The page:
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The Great Courses: The Guide to Essential Italy

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The Great Courses: The Guide to Essential Italy

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Editorial Reviews

Italy is the quintessential travel destination for anyone interested in art, culture, and history. Known as one of the fonts of Western culture, it was the center of the Roman Empire and the place where the Renaissance flowered. Today, it remains a mecca for cultural travelers, uplifting, fascinating, and enchanting all who travel there. Italy contains a stunning panorama of history, architecture, art, and culture, all within settings of astonishing beauty. From its epic history and fabulous art to its luminous landscapes and incalculable jewels of architecture, it would be hard to exaggerate the riches of this extraordinary country. Working with experts from Smithsonian and their renowned cultural travel program, Smithsonian Journeys, The Great Courses created a ñGrand Tourî that explores Rome, Florence, Venice, and other culturally rich locations, such as Pompeii and Perugia; highlights countless masterworks of artistic genius; and examines the impact of Italian history on the rest of the world. YouÍll make extensive visits to many points of interest, led by Professor Kenneth R. Bartlett, who has devoted much of his career to bringing Italian culture and history into classrooms and has led tours of Italy for more than 30 years. If you plan to visit Italy, this course will introduce you to the incomparable gems you canÍt miss while you are there. And if you prefer to explore the world from the comfort of your home, weÍll bring Italy to you. Either way, this new, visually splendid tour of Italy will expand your education in the sources of Western art, culture, and history.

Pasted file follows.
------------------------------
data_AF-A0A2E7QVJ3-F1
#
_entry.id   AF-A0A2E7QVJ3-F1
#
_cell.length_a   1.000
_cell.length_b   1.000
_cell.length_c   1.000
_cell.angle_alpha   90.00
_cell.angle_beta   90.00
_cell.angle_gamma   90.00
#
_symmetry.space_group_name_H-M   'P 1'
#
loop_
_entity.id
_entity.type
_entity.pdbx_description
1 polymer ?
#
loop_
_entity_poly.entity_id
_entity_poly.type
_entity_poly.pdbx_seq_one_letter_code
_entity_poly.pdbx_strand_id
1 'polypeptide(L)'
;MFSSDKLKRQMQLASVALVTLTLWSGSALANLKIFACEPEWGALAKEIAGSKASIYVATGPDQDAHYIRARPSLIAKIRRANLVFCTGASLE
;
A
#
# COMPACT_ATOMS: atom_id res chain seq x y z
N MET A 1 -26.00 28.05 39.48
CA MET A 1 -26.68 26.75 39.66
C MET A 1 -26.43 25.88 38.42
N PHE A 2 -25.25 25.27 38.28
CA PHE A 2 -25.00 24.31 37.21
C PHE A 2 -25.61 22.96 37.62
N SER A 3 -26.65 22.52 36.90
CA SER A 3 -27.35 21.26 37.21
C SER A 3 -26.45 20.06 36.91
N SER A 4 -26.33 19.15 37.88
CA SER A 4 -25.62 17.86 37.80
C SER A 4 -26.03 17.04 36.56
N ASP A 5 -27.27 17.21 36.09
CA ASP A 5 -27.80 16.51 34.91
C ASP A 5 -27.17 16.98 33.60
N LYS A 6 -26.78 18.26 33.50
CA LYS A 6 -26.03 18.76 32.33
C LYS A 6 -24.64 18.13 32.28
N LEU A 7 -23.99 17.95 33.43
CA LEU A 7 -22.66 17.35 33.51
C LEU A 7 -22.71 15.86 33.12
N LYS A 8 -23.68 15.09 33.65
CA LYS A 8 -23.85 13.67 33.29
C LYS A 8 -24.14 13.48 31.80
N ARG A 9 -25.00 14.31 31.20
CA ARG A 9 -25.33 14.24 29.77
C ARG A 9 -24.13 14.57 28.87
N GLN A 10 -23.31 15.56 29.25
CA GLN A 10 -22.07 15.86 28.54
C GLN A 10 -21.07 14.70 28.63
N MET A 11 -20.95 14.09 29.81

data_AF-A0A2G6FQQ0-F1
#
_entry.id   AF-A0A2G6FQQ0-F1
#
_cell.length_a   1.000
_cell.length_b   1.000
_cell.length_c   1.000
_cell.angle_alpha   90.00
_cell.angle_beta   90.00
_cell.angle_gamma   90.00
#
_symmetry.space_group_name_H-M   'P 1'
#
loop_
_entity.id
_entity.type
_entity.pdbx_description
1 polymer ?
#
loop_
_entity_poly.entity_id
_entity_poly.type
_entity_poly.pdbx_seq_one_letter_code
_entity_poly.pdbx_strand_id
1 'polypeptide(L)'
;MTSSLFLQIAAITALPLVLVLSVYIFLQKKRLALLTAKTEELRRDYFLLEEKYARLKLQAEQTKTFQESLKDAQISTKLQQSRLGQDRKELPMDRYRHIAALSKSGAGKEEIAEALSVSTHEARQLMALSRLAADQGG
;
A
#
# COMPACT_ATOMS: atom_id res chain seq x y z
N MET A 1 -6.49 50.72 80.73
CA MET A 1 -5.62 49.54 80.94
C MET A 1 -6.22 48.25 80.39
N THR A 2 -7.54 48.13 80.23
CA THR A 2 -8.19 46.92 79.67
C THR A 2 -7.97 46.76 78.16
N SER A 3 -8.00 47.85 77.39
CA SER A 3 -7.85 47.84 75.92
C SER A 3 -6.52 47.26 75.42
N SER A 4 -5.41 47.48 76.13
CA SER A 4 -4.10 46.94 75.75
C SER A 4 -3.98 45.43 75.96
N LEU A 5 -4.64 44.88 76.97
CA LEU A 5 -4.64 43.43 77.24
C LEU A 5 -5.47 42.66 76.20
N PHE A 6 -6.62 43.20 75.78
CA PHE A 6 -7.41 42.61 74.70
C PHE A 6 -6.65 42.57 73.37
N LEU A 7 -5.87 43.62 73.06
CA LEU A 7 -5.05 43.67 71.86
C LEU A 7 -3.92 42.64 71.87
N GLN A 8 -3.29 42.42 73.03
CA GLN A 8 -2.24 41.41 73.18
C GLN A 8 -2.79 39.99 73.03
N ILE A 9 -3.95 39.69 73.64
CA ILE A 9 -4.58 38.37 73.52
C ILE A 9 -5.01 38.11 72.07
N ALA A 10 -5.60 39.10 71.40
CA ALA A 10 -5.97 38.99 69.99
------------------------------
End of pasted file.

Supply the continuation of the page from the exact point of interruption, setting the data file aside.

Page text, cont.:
The Great Courses: The Guide to Essential Italy

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22 September 2021

Arctic sea ice has likely reached its minimum extent for the year, at 4.72 million square kilometers (1.82 million square miles) on September 16, 2021, according to scientists at the National Snow and Ice Data Center (NSIDC) at the University of Colorado Boulder. The 2021 minimum is the twelfth lowest in the nearly 43-year satellite record. The last 15 years are the lowest 15 sea ice extents in the satellite record. 

14 September 2021

Each September, the National Snow and Ice Data Center (NSIDC) at the University of Colorado Boulder informs the public of the annual Arctic sea ice minimum extent, an indicator of how climate change is affecting the Arctic, the fastest-warming region of the globe.

Scientists at Northern Arizona University, Arizona State University, the Arizona Geological Survey at the University of Arizona, and the National Snow and Ice Data Center at the University of Colorado Boulder have been awarded almost $2 million from the National Science Foundation (NSF) to develop a virtual reality teaching tool called Polar Explorer.

The National Snow and Ice Data Center (NSIDC) announced this week their participation in the 50x30 Coalition, a group of governments and cryosphere and emissions research institutions endorsing the need to reduce greenhouse gas emissions 50 percent by 2030. The Coalition’s founding members endorse the scientific consensus that failure to reach this milestone will result in temperature “overshoot,” in which emissions remain too high to hold Earth within 1.5 degrees Celsius of pre-industrial levels, leading to major and irreversible damages to the environment. Damage may be especially harmful for highly temperature-sensitive frozen components of the Earth system, with impacts ranging from sea level rise to infrastructure damage to food insecurity.

Arctic sea ice has likely reached its maximum extent for the year, at 14.77 million square kilometers (5.70 million square miles) on March 21, 2021, according to scientists at the National Snow and Ice Data Center (NSIDC) at the University of Colorado Boulder. The 2021 maximum is tied with 2007 for seventh lowest in the 43-year satellite record. 

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The Latest on Snow and Ice

22 September 2021

On September 16, Arctic sea ice likely reached its annual minimum extent of 4.72 million square... read more

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Arctic sea ice extent declined more slowly during August 2021 than most years in the past decade... read more

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Sea ice loss during the first half of August stalled, though ice in the Beaufort Sea is finally... read more